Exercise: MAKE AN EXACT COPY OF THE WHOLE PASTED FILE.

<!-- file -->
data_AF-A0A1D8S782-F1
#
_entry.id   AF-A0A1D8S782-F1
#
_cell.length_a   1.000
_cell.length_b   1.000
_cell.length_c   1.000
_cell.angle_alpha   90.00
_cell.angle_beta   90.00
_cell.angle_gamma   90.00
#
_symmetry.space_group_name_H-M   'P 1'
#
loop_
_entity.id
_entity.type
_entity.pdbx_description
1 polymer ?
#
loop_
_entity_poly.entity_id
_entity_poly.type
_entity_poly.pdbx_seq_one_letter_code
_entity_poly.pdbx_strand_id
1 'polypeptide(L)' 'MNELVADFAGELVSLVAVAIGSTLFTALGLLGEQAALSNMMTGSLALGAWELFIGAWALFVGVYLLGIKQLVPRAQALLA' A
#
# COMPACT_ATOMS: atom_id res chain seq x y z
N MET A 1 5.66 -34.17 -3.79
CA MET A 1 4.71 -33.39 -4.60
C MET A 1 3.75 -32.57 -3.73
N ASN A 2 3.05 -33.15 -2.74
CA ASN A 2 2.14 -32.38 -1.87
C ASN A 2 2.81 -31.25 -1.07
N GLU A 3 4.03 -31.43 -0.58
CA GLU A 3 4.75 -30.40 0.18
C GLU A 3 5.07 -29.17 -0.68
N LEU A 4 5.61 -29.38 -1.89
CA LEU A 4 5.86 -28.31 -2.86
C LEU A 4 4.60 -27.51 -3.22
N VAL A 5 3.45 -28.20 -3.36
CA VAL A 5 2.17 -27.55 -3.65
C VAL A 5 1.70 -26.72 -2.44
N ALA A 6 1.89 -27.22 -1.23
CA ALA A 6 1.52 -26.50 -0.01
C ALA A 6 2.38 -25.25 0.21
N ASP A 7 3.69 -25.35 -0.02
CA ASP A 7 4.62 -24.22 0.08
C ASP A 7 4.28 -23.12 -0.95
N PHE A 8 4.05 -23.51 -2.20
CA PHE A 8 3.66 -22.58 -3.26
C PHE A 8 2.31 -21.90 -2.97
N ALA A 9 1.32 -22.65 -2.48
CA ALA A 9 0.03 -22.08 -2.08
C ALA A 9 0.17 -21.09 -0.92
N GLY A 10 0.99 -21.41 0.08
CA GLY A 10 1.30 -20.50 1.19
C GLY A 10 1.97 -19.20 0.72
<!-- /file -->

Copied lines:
data_AF-A0A1D8S782-F1
#
_entry.id   AF-A0A1D8S782-F1
#
_cell.length_a   1.000
_cell.length_b   1.000
_cell.length_c   1.000
_cell.angle_alpha   90.00
_cell.angle_beta   90.00
_cell.angle_gamma   90.00
#
_symmetry.space_group_name_H-M   'P 1'
#
loop_
_entity.id
_entity.type
_entity.pdbx_description
1 polymer ?
#
loop_
_entity_poly.entity_id
_entity_poly.type
_entity_poly.pdbx_seq_one_letter_code
_entity_poly.pdbx_strand_id
1 'polypeptide(L)' 'MNELVADFAGELVSLVAVAIGSTLFTALGLLGEQAALSNMMTGSLALGAWELFIGAWALFVGVYLLGIKQLVPRAQALLA' A
#
# COMPACT_ATOMS: atom_id res chain seq x y z
N MET A 1 5.66 -34.17 -3.79
CA MET A 1 4.71 -33.39 -4.60
C MET A 1 3.75 -32.57 -3.73
N ASN A 2 3.05 -33.15 -2.74
CA ASN A 2 2.14 -32.38 -1.87
C ASN A 2 2.81 -31.25 -1.07
N GLU A 3 4.03 -31.43 -0.58
CA GLU A 3 4.75 -30.40 0.18
C GLU A 3 5.07 -29.17 -0.68
N LEU A 4 5.61 -29.38 -1.89
CA LEU A 4 5.86 -28.31 -2.86
C LEU A 4 4.60 -27.51 -3.22
N VAL A 5 3.45 -28.20 -3.36
CA VAL A 5 2.17 -27.55 -3.65
C VAL A 5 1.70 -26.72 -2.44
N ALA A 6 1.89 -27.22 -1.23
CA ALA A 6 1.52 -26.50 -0.01
C ALA A 6 2.38 -25.25 0.21
N ASP A 7 3.69 -25.35 -0.02
CA ASP A 7 4.62 -24.22 0.08
C ASP A 7 4.28 -23.12 -0.95
N PHE A 8 4.05 -23.51 -2.20
CA PHE A 8 3.66 -22.58 -3.26
C PHE A 8 2.31 -21.90 -2.97
N ALA A 9 1.32 -22.65 -2.48
CA ALA A 9 0.03 -22.08 -2.08
C ALA A 9 0.17 -21.09 -0.92
N GLY A 10 0.99 -21.41 0.08
CA GLY A 10 1.30 -20.50 1.19
C GLY A 10 1.97 -19.20 0.72